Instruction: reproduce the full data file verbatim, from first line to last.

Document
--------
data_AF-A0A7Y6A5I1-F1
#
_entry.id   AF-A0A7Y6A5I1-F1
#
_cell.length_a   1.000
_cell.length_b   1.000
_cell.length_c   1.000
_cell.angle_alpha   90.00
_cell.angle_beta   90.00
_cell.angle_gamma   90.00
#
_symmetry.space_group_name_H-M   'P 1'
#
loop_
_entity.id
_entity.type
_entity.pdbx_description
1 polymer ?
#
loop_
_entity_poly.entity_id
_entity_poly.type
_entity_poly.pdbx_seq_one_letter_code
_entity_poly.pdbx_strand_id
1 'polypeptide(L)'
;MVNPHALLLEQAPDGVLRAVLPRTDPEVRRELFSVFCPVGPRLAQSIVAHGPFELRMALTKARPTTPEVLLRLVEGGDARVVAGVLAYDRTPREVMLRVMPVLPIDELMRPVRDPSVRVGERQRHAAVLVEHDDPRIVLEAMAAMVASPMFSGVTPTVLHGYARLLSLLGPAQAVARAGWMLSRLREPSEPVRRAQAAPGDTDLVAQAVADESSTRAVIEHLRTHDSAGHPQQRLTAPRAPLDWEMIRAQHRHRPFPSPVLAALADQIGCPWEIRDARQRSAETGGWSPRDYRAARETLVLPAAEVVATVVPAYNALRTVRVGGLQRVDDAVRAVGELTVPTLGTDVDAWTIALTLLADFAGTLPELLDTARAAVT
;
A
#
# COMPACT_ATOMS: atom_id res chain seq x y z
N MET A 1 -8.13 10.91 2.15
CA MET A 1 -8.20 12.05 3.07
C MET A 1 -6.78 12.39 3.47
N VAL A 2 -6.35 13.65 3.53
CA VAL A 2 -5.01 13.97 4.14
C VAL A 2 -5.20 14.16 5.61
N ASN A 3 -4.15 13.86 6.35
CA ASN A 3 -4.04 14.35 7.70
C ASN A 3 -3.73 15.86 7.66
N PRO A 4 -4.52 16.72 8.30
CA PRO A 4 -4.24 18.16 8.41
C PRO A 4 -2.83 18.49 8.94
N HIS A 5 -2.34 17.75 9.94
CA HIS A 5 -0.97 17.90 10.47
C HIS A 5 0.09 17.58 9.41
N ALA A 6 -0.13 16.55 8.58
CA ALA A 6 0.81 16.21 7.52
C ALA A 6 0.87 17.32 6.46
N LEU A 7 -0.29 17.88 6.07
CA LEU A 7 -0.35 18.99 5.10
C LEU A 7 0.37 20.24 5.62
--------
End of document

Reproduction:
data_AF-A0A7Y6A5I1-F1
#
_entry.id   AF-A0A7Y6A5I1-F1
#
_cell.length_a   1.000
_cell.length_b   1.000
_cell.length_c   1.000
_cell.angle_alpha   90.00
_cell.angle_beta   90.00
_cell.angle_gamma   90.00
#
_symmetry.space_group_name_H-M   'P 1'
#
loop_
_entity.id
_entity.type
_entity.pdbx_description
1 polymer ?
#
loop_
_entity_poly.entity_id
_entity_poly.type
_entity_poly.pdbx_seq_one_letter_code
_entity_poly.pdbx_strand_id
1 'polypeptide(L)'
;MVNPHALLLEQAPDGVLRAVLPRTDPEVRRELFSVFCPVGPRLAQSIVAHGPFELRMALTKARPTTPEVLLRLVEGGDARVVAGVLAYDRTPREVMLRVMPVLPIDELMRPVRDPSVRVGERQRHAAVLVEHDDPRIVLEAMAAMVASPMFSGVTPTVLHGYARLLSLLGPAQAVARAGWMLSRLREPSEPVRRAQAAPGDTDLVAQAVADESSTRAVIEHLRTHDSAGHPQQRLTAPRAPLDWEMIRAQHRHRPFPSPVLAALADQIGCPWEIRDARQRSAETGGWSPRDYRAARETLVLPAAEVVATVVPAYNALRTVRVGGLQRVDDAVRAVGELTVPTLGTDVDAWTIALTLLADFAGTLPELLDTARAAVT
;
A
#
# COMPACT_ATOMS: atom_id res chain seq x y z
N MET A 1 -8.13 10.91 2.15
CA MET A 1 -8.20 12.05 3.07
C MET A 1 -6.78 12.39 3.47
N VAL A 2 -6.35 13.65 3.53
CA VAL A 2 -5.01 13.97 4.14
C VAL A 2 -5.20 14.16 5.61
N ASN A 3 -4.15 13.86 6.35
CA ASN A 3 -4.04 14.35 7.70
C ASN A 3 -3.73 15.86 7.66
N PRO A 4 -4.52 16.72 8.30
CA PRO A 4 -4.24 18.16 8.41
C PRO A 4 -2.83 18.49 8.94
N HIS A 5 -2.34 17.75 9.94
CA HIS A 5 -0.97 17.90 10.47
C HIS A 5 0.09 17.58 9.41
N ALA A 6 -0.13 16.55 8.58
CA ALA A 6 0.81 16.21 7.52
C ALA A 6 0.87 17.32 6.46
N LEU A 7 -0.29 17.88 6.07
CA LEU A 7 -0.35 18.99 5.10
C LEU A 7 0.37 20.24 5.62